- The Washington Times - Wednesday, August 2, 2000

Anyone who still doubts the existence of a culture war over homosexuality should read news reports of Pope John Paul II's comments about a "gay pride" rally in Rome.It was not by coincidence that homosexual activists timed their event, World Pride 2000, to coincide with the Catholic Church's holy year celebrations in Rome. The leaders cheerfully admitted wanting to stick it in the church's face. Imma Battaglia, one of the organizers, made an obscene remark about the pope and added, "Of course it's provocative and the choice of Rome was deliberate."

The homosexual event culminated in a raucous parade, complete with bare-breasted transsexuals marching past the ancient Roman Coliseum, which to many believers is a symbol of persecution against the early Christian church. Confronted with such ugly demonstrations on his doorstep, the pope denounced the event as an "affront" to the Grand Jubilee that has drawn hundreds of thousands of Catholic pilgrims to Rome to honor the 2,000th year of the Christian era.

The pope reconfirmed Catholic teaching that homosexual acts are "objectively disordered" and violate natural law. At the same time, he urged Christians to treat homosexuals with "respect, compassion and sensitivity" and to avoid "unjust discrimination" against them.

But homosexual activists aren't aiming merely for respectful and sensitive treatment; they seek to silence any objectors to their behavior.

Homosexual convert Mel White, a former evangelical adviser to the Rev. Jerry Falwell, now leads mass "direct action" protests against churches that he sees as havens for "homophobic haters." Mr. White, who fancies himself a "gay" Gandhi, described to Time magazine his approach toward Christian denominations: "We don't debate anymore. You change your policies, or we're going to split you apart and leave." Those defending biblical morality against homosexual activism, he says, are guilty of "spiritual violence."

The mainstream media no longer tries to disguise where it stands in this cultural battle. An Associated Press story on the Rome confrontation cast the homosexual marchers in Rome as heroes and World Pride as a "watershed for the gay community." The opposition to the homosexual celebration an opposition that the Associated Press scrupulously noted included Italy's neo-fascists "boomeranged and instead focused attention to discrimination against gays." In the eyes of the media, when the homosexual lobby wins, it's a victory for "civil rights." When it loses, as in the recent Supreme Court decision upholding the Boy Scouts' right to operate by their own moral code, it's a perpetuation of "discrimination." (AP, with a straight face, reported that the Scouts' image has been tarnished by their court win.)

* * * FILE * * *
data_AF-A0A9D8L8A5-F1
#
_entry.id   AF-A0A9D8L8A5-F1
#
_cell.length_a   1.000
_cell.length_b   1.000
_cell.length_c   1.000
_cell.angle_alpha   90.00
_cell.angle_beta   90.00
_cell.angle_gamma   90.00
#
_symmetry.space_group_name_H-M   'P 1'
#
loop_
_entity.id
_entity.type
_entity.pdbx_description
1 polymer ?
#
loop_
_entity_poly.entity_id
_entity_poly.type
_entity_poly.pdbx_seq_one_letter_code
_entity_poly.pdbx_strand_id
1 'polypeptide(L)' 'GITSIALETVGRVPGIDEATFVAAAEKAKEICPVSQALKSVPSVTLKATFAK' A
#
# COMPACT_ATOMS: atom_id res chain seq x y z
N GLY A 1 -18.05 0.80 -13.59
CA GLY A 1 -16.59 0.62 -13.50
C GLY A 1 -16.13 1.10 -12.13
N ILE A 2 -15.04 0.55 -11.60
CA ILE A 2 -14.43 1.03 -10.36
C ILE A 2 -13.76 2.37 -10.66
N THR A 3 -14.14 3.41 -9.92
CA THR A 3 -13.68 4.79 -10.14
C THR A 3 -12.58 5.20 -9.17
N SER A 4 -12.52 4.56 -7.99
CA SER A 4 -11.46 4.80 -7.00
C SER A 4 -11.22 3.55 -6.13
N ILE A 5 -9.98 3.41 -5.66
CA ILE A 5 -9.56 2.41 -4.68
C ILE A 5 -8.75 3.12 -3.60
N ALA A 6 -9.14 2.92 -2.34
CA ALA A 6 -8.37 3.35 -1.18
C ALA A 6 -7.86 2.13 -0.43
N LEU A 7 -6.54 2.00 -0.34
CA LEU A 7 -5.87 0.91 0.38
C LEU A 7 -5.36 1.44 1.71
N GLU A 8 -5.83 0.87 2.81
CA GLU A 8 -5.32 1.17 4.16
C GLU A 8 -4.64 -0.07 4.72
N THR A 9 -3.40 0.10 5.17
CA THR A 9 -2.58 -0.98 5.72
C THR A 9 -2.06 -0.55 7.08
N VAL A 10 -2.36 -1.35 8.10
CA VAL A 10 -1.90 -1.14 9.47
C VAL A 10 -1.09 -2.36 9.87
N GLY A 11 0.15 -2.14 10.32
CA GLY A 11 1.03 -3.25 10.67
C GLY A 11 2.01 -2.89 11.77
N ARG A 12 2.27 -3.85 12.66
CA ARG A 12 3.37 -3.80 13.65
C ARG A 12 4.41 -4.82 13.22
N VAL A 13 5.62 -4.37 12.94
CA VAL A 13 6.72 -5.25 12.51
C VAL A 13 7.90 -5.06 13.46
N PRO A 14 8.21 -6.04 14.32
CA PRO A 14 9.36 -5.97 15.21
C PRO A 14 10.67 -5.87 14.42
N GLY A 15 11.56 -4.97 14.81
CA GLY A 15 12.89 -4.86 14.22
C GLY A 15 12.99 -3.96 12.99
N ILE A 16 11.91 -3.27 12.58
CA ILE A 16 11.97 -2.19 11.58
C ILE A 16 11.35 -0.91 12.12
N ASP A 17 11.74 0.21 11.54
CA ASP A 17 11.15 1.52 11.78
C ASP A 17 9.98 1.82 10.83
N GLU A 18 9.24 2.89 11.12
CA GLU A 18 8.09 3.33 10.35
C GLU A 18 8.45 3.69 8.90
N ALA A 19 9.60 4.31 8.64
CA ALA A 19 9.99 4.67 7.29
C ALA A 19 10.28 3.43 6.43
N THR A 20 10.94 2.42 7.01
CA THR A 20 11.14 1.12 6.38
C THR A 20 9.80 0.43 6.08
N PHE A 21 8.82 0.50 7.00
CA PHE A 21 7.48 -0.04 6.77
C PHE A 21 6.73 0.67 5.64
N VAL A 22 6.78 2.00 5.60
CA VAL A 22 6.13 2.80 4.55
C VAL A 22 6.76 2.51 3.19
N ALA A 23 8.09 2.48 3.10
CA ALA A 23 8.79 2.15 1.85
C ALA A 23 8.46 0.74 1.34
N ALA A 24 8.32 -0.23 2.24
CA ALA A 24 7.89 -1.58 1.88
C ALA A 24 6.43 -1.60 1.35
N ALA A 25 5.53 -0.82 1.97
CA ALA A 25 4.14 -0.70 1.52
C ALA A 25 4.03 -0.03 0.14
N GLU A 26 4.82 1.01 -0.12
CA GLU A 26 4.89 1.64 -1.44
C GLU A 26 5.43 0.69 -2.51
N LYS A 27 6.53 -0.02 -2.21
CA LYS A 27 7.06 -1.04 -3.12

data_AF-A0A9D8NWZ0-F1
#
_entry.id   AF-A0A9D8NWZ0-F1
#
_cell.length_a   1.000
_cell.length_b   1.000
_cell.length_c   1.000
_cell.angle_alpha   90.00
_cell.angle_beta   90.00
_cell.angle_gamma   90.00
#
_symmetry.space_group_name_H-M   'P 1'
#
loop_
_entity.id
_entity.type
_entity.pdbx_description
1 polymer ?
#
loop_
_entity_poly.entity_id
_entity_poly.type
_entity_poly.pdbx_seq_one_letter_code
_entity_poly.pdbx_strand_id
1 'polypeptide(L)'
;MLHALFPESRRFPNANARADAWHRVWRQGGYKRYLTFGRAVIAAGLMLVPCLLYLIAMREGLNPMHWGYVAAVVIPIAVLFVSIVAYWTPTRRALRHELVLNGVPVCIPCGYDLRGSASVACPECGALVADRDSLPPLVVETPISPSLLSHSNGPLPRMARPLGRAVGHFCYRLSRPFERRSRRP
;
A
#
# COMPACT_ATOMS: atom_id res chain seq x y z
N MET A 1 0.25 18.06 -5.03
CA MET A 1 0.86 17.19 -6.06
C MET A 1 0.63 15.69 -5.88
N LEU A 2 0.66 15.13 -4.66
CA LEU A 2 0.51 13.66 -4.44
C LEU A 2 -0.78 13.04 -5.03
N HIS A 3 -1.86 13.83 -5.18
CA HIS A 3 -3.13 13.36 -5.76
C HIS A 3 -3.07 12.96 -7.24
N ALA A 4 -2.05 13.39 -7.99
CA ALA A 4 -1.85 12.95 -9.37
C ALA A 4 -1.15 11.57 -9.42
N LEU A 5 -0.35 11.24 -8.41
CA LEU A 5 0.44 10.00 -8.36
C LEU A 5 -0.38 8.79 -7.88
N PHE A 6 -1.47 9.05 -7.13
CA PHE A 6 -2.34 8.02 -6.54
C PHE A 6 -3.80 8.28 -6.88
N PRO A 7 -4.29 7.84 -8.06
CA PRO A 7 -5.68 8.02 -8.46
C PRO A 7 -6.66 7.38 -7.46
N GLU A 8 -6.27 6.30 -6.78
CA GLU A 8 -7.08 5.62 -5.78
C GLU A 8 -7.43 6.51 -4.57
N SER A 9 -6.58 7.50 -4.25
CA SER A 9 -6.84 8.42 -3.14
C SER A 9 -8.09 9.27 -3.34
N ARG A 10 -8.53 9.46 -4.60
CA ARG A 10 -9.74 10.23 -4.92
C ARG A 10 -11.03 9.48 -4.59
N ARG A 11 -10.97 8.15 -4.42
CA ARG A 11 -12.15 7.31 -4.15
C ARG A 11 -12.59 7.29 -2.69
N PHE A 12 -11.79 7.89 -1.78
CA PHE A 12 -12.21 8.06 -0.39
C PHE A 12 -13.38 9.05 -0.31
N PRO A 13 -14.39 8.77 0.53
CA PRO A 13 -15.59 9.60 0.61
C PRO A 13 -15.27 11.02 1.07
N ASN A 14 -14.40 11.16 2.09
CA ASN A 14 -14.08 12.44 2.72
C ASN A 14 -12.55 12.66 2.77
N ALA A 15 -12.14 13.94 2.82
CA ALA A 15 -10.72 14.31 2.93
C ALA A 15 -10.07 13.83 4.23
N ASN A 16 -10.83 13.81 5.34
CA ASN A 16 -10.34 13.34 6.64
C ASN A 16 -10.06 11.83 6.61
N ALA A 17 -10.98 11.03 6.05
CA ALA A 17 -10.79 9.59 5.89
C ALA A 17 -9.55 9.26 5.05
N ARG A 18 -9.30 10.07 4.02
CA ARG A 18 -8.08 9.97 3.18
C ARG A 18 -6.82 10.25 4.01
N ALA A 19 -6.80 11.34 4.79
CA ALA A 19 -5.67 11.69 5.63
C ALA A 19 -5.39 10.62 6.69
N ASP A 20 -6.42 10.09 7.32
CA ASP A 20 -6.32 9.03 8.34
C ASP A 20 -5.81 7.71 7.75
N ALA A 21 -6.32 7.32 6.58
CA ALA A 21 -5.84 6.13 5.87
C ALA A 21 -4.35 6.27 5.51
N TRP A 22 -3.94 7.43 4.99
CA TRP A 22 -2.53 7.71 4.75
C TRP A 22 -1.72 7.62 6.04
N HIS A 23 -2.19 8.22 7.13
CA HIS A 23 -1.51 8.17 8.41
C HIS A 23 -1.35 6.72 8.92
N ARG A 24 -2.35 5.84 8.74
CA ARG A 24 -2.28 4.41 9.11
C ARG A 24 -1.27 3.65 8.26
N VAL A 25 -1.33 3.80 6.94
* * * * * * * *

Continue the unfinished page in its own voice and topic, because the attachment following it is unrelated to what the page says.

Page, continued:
While many homosexuals are content to live their own lives without pushing for state approval, the militants who drive the gay political agenda cast their struggle in civil rights rhetoric crafted for racial minorities, and portray themselves as victims no matter how much money and power they acquire. Anything short of complete government sanction, including legal marriage for homosexuals, is deemed "oppression."

At stake is whether "gay" activists will succeed in setting up a system within the culture that undermines fidelity, marriage and strong families led by fathers and mothers the Judeo-Christian morality that has undergirded civilization for thousands of years. In Vermont, a "civil unions" law now tells citizens that homosexual relationships are worthy of the same government support as traditional marriage (short of giving them that name). In Massachusetts, teens as young as 14 were taught how to perform homosexual acts too graphic to describe here. The event, held at Tufts University, where a Christian group was expelled from the campus for refusing to have a lesbian leader, was endorsed by the state's Commission on Gay and Lesbian Youth. Anyone who doesn't agree with these developments is deemed a hater and a bigot.

In the face of such abusive and extreme tactics, Pope John Paul II should be applauded for his unshakable stance. "The church," he said, "cannot silence the truth because it would not live up to its faith in God the creator and would not help discern what is good from what is evil." We can hope that others will follow his example and refuse to be intimidated any longer.

Robert H. Knight is senior director of cultural studies at the Family Research Council (FRC). Peter J. LaBarbera is a senior writer at FRC and the president of Americans for Truth.

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